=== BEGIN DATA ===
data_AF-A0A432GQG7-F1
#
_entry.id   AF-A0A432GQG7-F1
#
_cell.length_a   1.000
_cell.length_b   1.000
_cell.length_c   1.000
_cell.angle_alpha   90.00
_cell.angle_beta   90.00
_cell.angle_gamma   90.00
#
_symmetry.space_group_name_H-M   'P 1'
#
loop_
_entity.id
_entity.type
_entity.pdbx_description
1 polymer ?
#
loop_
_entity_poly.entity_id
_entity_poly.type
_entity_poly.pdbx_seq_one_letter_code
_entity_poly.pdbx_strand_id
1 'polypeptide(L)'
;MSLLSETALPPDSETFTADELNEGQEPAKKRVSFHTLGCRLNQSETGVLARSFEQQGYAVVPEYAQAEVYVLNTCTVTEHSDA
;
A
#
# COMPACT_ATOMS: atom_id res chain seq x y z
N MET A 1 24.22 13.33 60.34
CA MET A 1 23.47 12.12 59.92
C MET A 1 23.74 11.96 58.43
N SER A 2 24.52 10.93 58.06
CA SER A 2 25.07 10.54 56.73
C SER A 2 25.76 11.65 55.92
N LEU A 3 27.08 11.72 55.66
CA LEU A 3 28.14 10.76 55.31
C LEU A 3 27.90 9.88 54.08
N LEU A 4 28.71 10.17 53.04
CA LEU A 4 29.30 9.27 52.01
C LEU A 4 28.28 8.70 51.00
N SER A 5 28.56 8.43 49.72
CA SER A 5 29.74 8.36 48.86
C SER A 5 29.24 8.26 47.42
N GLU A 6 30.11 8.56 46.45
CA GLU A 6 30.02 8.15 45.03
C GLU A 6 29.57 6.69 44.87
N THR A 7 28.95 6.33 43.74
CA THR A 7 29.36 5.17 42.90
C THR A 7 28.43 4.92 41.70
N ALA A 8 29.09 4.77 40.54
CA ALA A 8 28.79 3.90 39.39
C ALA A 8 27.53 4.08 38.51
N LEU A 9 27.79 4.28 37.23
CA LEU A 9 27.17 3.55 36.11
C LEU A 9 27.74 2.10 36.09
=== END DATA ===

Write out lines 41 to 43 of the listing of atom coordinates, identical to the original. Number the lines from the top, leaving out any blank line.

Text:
CA LEU A 4 29.30 9.27 52.01
C LEU A 4 28.28 8.70 51.00
N SER A 5 28.56 8.43 49.72